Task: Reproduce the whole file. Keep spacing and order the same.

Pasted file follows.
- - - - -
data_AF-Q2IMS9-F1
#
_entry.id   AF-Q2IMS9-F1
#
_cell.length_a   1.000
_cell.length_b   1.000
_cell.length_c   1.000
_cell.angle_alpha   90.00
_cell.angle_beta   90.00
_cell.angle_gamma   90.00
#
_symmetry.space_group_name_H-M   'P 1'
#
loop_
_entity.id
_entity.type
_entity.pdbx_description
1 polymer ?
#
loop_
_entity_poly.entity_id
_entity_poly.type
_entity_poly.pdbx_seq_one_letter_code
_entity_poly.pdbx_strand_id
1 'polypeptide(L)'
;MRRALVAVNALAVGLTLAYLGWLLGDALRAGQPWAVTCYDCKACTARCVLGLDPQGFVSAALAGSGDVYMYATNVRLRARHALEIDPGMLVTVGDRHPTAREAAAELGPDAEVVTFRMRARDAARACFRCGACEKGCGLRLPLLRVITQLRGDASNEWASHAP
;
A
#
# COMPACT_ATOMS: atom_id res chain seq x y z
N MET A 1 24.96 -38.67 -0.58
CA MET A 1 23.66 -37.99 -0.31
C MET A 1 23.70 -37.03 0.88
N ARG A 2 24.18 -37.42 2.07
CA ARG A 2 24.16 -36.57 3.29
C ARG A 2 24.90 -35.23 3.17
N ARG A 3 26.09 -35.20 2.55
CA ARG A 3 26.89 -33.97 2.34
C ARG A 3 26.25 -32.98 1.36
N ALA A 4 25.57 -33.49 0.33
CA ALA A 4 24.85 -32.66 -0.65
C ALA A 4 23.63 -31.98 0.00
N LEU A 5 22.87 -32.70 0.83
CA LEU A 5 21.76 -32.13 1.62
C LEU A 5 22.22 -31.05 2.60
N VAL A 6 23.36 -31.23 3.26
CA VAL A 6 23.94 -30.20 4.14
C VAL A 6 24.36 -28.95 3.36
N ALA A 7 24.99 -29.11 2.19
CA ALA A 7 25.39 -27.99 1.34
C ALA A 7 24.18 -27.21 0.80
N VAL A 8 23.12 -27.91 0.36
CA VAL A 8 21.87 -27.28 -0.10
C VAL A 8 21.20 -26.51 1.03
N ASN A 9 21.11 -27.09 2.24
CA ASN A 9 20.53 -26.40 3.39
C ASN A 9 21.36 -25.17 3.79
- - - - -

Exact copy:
data_AF-Q2IMS9-F1
#
_entry.id   AF-Q2IMS9-F1
#
_cell.length_a   1.000
_cell.length_b   1.000
_cell.length_c   1.000
_cell.angle_alpha   90.00
_cell.angle_beta   90.00
_cell.angle_gamma   90.00
#
_symmetry.space_group_name_H-M   'P 1'
#
loop_
_entity.id
_entity.type
_entity.pdbx_description
1 polymer ?
#
loop_
_entity_poly.entity_id
_entity_poly.type
_entity_poly.pdbx_seq_one_letter_code
_entity_poly.pdbx_strand_id
1 'polypeptide(L)'
;MRRALVAVNALAVGLTLAYLGWLLGDALRAGQPWAVTCYDCKACTARCVLGLDPQGFVSAALAGSGDVYMYATNVRLRARHALEIDPGMLVTVGDRHPTAREAAAELGPDAEVVTFRMRARDAARACFRCGACEKGCGLRLPLLRVITQLRGDASNEWASHAP
;
A
#
# COMPACT_ATOMS: atom_id res chain seq x y z
N MET A 1 24.96 -38.67 -0.58
CA MET A 1 23.66 -37.99 -0.31
C MET A 1 23.70 -37.03 0.88
N ARG A 2 24.18 -37.42 2.07
CA ARG A 2 24.16 -36.57 3.29
C ARG A 2 24.90 -35.23 3.17
N ARG A 3 26.09 -35.20 2.55
CA ARG A 3 26.89 -33.97 2.34
C ARG A 3 26.25 -32.98 1.36
N ALA A 4 25.57 -33.49 0.33
CA ALA A 4 24.85 -32.66 -0.65
C ALA A 4 23.63 -31.98 0.00
N LEU A 5 22.87 -32.70 0.83
CA LEU A 5 21.76 -32.13 1.62
C LEU A 5 22.22 -31.05 2.60
N VAL A 6 23.36 -31.23 3.26
CA VAL A 6 23.94 -30.20 4.14
C VAL A 6 24.36 -28.95 3.36
N ALA A 7 24.99 -29.11 2.19
CA ALA A 7 25.39 -27.99 1.34
C ALA A 7 24.18 -27.21 0.80
N VAL A 8 23.12 -27.91 0.36
CA VAL A 8 21.87 -27.28 -0.10
C VAL A 8 21.20 -26.51 1.03
N ASN A 9 21.11 -27.09 2.24
CA ASN A 9 20.53 -26.40 3.39
C ASN A 9 21.36 -25.17 3.79